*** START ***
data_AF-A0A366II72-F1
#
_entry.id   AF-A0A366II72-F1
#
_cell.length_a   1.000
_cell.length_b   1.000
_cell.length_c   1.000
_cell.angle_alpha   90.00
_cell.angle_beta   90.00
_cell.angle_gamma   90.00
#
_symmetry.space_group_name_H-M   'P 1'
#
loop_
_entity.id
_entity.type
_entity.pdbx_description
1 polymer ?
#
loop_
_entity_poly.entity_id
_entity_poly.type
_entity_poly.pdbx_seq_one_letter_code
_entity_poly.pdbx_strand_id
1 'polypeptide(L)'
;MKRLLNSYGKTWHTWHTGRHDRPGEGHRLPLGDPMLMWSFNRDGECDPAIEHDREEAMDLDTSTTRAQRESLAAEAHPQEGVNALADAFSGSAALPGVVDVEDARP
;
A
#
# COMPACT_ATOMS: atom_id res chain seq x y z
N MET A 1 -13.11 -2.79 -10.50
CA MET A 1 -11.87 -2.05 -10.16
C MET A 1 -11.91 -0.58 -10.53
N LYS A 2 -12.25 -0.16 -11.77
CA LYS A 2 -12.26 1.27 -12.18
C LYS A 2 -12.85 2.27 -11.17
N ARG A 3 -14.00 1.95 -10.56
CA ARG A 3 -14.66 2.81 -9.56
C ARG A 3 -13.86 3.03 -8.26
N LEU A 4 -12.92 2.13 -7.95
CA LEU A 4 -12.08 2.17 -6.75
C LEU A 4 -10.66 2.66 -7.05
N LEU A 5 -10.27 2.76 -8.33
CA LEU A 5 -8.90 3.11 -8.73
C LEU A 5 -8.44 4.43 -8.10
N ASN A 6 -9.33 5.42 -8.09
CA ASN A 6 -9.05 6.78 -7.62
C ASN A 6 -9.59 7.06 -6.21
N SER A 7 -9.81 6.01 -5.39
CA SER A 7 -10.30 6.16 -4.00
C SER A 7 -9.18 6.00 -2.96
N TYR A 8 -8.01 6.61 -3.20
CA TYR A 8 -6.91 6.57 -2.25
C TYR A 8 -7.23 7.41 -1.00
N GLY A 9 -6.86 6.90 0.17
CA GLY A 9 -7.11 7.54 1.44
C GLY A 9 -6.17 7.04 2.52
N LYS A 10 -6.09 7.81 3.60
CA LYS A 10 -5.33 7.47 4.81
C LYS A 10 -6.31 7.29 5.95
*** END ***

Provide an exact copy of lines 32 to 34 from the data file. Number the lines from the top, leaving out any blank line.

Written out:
CA MET A 1 -11.87 -2.05 -10.16
C MET A 1 -11.91 -0.58 -10.53
N LYS A 2 -12.25 -0.16 -11.77